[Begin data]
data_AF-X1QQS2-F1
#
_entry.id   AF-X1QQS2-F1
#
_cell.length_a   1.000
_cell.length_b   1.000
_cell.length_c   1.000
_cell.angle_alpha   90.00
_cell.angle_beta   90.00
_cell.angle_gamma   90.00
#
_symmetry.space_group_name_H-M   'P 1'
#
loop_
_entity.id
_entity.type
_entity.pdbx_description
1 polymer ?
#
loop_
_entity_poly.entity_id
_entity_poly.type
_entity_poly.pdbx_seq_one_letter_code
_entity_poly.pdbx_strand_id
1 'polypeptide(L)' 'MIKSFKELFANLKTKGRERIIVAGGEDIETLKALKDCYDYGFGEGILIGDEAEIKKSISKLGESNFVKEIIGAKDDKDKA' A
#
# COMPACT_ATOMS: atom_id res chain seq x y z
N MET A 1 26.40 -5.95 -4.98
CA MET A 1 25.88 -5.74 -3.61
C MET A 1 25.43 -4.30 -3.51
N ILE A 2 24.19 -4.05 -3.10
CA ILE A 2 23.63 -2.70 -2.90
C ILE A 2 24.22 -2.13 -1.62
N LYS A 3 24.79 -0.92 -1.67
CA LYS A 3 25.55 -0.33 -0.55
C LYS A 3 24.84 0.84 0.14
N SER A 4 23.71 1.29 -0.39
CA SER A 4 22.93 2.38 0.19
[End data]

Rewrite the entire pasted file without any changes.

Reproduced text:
data_AF-X1QQS2-F1
#
_entry.id   AF-X1QQS2-F1
#
_cell.length_a   1.000
_cell.length_b   1.000
_cell.length_c   1.000
_cell.angle_alpha   90.00
_cell.angle_beta   90.00
_cell.angle_gamma   90.00
#
_symmetry.space_group_name_H-M   'P 1'
#
loop_
_entity.id
_entity.type
_entity.pdbx_description
1 polymer ?
#
loop_
_entity_poly.entity_id
_entity_poly.type
_entity_poly.pdbx_seq_one_letter_code
_entity_poly.pdbx_strand_id
1 'polypeptide(L)' 'MIKSFKELFANLKTKGRERIIVAGGEDIETLKALKDCYDYGFGEGILIGDEAEIKKSISKLGESNFVKEIIGAKDDKDKA' A
#
# COMPACT_ATOMS: atom_id res chain seq x y z
N MET A 1 26.40 -5.95 -4.98
CA MET A 1 25.88 -5.74 -3.61
C MET A 1 25.43 -4.30 -3.51
N ILE A 2 24.19 -4.05 -3.10
CA ILE A 2 23.63 -2.70 -2.90
C ILE A 2 24.22 -2.13 -1.62
N LYS A 3 24.79 -0.92 -1.67
CA LYS A 3 25.55 -0.33 -0.55
C LYS A 3 24.84 0.84 0.14
N SER A 4 23.71 1.29 -0.39
CA SER A 4 22.93 2.38 0.19